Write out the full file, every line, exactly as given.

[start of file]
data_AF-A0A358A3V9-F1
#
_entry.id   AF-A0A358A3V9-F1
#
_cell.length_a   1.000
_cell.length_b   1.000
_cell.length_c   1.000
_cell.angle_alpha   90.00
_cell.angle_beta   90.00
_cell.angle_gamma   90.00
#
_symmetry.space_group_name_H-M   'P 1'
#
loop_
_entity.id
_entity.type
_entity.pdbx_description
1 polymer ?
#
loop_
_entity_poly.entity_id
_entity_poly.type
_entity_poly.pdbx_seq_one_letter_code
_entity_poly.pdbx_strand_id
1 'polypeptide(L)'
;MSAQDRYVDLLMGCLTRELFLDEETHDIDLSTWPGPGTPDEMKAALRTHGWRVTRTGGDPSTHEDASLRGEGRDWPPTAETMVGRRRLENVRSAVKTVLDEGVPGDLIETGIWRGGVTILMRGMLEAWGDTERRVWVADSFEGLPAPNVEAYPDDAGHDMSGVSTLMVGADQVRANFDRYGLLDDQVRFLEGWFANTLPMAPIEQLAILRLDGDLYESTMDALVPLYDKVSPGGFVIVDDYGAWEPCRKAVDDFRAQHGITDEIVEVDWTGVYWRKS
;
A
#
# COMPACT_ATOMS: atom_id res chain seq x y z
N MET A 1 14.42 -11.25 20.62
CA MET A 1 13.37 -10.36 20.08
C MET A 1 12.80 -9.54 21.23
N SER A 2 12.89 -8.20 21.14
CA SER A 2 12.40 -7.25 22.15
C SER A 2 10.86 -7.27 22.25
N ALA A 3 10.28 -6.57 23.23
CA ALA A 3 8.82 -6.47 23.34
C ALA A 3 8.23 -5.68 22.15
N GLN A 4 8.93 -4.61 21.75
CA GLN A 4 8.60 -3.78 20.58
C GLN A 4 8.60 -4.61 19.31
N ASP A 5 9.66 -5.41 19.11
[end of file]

data_AF-A0A358A3V9-F1
#
_entry.id   AF-A0A358A3V9-F1
#
_cell.length_a   1.000
_cell.length_b   1.000
_cell.length_c   1.000
_cell.angle_alpha   90.00
_cell.angle_beta   90.00
_cell.angle_gamma   90.00
#
_symmetry.space_group_name_H-M   'P 1'
#
loop_
_entity.id
_entity.type
_entity.pdbx_description
1 polymer ?
#
loop_
_entity_poly.entity_id
_entity_poly.type
_entity_poly.pdbx_seq_one_letter_code
_entity_poly.pdbx_strand_id
1 'polypeptide(L)'
;MSAQDRYVDLLMGCLTRELFLDEETHDIDLSTWPGPGTPDEMKAALRTHGWRVTRTGGDPSTHEDASLRGEGRDWPPTAETMVGRRRLENVRSAVKTVLDEGVPGDLIETGIWRGGVTILMRGMLEAWGDTERRVWVADSFEGLPAPNVEAYPDDAGHDMSGVSTLMVGADQVRANFDRYGLLDDQVRFLEGWFANTLPMAPIEQLAILRLDGDLYESTMDALVPLYDKVSPGGFVIVDDYGAWEPCRKAVDDFRAQHGITDEIVEVDWTGVYWRKS
;
A
#
# COMPACT_ATOMS: atom_id res chain seq x y z
N MET A 1 14.42 -11.25 20.62
CA MET A 1 13.37 -10.36 20.08
C MET A 1 12.80 -9.54 21.23
N SER A 2 12.89 -8.20 21.14
CA SER A 2 12.40 -7.25 22.15
C SER A 2 10.86 -7.27 22.25
N ALA A 3 10.28 -6.57 23.23
CA ALA A 3 8.82 -6.47 23.34
C ALA A 3 8.23 -5.68 22.15
N GLN A 4 8.93 -4.61 21.75
CA GLN A 4 8.60 -3.78 20.58
C GLN A 4 8.60 -4.61 19.31
N ASP A 5 9.66 -5.41 19.11